Submitting taxes can be a complicated, stressful process, and the sheer volume of paperwork submitted to the IRS each year requires vigilance from accountants and taxpayers alike. As is common during times of financial flurry (like open enrollment and end-of-year holidays), identity thieves capitalize on hectic times of year by sneaking in when your guard is down. And regardless of whether a return is prepared by an individual taxpayer or a tax preparer, taxpayers bear responsibility for the accuracy of submitted tax returns.
Identity thieves commonly use a person’s real Social Security Number to claim wages, file taxes and accept that person’s deserved refund. Then, when the real Social Security Number owner files their taxes, the IRS refuses a refund because, according to the Agency, that person has already received their allotted money.
One way to avoid tax fraud is to stay ahead of cybercriminals and file early. Yet while filing early isn’t always possible, taxpayers can take precautions all tax season long.
Take these steps to help know how to spot a scam and protect yourself from tax fraud:
Validate tax preparers
The confusion of filing tax returns often leads taxpayers to seek help from tax preparers when completing forms. Unfortunately, tax preparers are sometimes criminals in disguise. Never sign a blank tax form, and avoid tax preparers who claim they can deliver a higher refund than others. Choose a well-known tax preparer in your city and ensure that they will be available to answer outstanding questions even after the return is filed.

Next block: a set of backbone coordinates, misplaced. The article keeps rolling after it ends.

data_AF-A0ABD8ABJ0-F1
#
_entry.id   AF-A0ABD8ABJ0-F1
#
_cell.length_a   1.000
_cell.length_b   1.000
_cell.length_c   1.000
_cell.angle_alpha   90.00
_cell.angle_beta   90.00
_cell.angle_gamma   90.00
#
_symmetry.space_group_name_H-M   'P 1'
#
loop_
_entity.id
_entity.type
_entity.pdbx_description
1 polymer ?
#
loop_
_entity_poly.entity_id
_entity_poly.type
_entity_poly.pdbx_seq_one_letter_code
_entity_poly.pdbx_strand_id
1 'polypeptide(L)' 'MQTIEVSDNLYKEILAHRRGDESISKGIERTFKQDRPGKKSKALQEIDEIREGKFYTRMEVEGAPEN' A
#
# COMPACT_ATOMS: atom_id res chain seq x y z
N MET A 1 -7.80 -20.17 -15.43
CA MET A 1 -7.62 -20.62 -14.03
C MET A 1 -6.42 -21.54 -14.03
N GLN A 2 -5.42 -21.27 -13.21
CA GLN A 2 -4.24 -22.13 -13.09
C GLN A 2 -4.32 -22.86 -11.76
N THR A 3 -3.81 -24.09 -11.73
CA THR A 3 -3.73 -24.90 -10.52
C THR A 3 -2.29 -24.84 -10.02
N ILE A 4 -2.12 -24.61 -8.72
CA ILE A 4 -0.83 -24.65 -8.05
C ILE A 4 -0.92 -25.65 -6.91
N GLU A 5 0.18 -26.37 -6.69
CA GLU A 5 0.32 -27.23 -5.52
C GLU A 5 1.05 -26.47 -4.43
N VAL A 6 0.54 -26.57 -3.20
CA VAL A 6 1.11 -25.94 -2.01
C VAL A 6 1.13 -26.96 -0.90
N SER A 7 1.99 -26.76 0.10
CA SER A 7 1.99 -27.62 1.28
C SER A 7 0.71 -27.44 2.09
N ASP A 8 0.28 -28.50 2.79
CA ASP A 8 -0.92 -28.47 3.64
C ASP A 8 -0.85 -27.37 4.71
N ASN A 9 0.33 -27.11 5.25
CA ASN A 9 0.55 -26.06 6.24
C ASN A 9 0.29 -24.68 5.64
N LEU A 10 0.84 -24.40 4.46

Don’t give away personally identifiable information
While a smart practice year-round, it is especially important to keep personal information, like your Social Security Number, private during tax season. IRS posers or fake tax agencies may contact taxpayers claiming tax relief services in exchange for a Social Security Number and bank routing number. This is not common practice for legitimate tax entities, and you should never volunteer personal information to strangers.
Maintain a keen eye for scams
If something seems too good to be true, it probably is. Fake emails and false phone calls, commonly known as “phishing scams,” trick taxpayers into thinking they are speaking with a real IRS representative. The IRS will never contact a taxpayer requesting Social Security Numbers, credit card numbers, bank accounts or any other personal information. If a taxpayer has any doubt whether a contact from the IRS is authentic, they should call the IRS customer service toll-free number (1-800-829-1040) to confirm it.
E-Filing is safe, but don’t trust everything you find online
It is standard procedure to search for information online, and taxpayers may be tempted to do this for tax forms as well. However, malicious sites may be disguised as legitimate tax resources and could be infected with malware. Instead, download forms only from governmental sites like www.irs.gov. After your taxes are filed, save them to a flash drive and store it in a safe place. You can also print your completed tax forms and store them securely.